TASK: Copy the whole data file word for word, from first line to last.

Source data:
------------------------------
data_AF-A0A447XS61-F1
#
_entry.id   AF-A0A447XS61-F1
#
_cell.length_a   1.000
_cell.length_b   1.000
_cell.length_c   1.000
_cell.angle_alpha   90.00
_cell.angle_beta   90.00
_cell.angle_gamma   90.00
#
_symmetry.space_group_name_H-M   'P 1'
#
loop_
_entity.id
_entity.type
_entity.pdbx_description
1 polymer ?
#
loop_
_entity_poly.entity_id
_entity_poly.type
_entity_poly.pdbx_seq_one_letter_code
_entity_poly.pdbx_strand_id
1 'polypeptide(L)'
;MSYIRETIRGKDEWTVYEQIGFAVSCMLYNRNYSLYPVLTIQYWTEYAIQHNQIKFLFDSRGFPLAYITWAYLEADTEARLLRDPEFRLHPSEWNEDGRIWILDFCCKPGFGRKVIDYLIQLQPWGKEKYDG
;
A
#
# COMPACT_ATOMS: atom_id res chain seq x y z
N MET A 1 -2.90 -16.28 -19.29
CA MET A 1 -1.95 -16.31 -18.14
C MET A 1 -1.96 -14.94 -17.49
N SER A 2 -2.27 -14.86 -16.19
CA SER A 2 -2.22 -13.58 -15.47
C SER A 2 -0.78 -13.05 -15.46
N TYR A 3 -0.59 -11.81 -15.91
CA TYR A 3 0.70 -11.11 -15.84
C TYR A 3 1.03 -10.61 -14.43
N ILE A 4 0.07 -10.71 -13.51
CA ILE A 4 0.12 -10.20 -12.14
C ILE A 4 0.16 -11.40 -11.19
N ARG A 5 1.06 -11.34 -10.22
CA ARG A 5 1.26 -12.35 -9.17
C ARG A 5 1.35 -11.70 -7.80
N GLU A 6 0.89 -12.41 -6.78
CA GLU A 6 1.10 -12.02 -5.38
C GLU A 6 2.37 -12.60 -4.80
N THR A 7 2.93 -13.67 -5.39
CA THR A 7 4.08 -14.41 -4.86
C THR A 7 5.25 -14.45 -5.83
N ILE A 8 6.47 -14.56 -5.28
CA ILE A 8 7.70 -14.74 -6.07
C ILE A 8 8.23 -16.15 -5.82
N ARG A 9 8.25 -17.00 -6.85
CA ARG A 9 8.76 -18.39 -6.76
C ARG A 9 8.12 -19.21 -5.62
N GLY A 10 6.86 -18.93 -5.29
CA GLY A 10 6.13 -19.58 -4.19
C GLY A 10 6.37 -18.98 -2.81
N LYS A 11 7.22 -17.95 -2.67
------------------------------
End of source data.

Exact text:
data_AF-A0A447XS61-F1
#
_entry.id   AF-A0A447XS61-F1
#
_cell.length_a   1.000
_cell.length_b   1.000
_cell.length_c   1.000
_cell.angle_alpha   90.00
_cell.angle_beta   90.00
_cell.angle_gamma   90.00
#
_symmetry.space_group_name_H-M   'P 1'
#
loop_
_entity.id
_entity.type
_entity.pdbx_description
1 polymer ?
#
loop_
_entity_poly.entity_id
_entity_poly.type
_entity_poly.pdbx_seq_one_letter_code
_entity_poly.pdbx_strand_id
1 'polypeptide(L)'
;MSYIRETIRGKDEWTVYEQIGFAVSCMLYNRNYSLYPVLTIQYWTEYAIQHNQIKFLFDSRGFPLAYITWAYLEADTEARLLRDPEFRLHPSEWNEDGRIWILDFCCKPGFGRKVIDYLIQLQPWGKEKYDG
;
A
#
# COMPACT_ATOMS: atom_id res chain seq x y z
N MET A 1 -2.90 -16.28 -19.29
CA MET A 1 -1.95 -16.31 -18.14
C MET A 1 -1.96 -14.94 -17.49
N SER A 2 -2.27 -14.86 -16.19
CA SER A 2 -2.22 -13.58 -15.47
C SER A 2 -0.78 -13.05 -15.46
N TYR A 3 -0.59 -11.81 -15.91
CA TYR A 3 0.70 -11.11 -15.84
C TYR A 3 1.03 -10.61 -14.43
N ILE A 4 0.07 -10.71 -13.51
CA ILE A 4 0.12 -10.20 -12.14
C ILE A 4 0.16 -11.40 -11.19
N ARG A 5 1.06 -11.34 -10.22
CA ARG A 5 1.26 -12.35 -9.17
C ARG A 5 1.35 -11.70 -7.80
N GLU A 6 0.89 -12.41 -6.78
CA GLU A 6 1.10 -12.02 -5.38
C GLU A 6 2.37 -12.60 -4.80
N THR A 7 2.93 -13.67 -5.39
CA THR A 7 4.08 -14.41 -4.86
C THR A 7 5.25 -14.45 -5.83
N ILE A 8 6.47 -14.56 -5.28
CA ILE A 8 7.70 -14.74 -6.07
C ILE A 8 8.23 -16.15 -5.82
N ARG A 9 8.25 -17.00 -6.85
CA ARG A 9 8.76 -18.39 -6.76
C ARG A 9 8.12 -19.21 -5.62
N GLY A 10 6.86 -18.93 -5.29
CA GLY A 10 6.13 -19.58 -4.19
C GLY A 10 6.37 -18.98 -2.81
N LYS A 11 7.22 -17.95 -2.67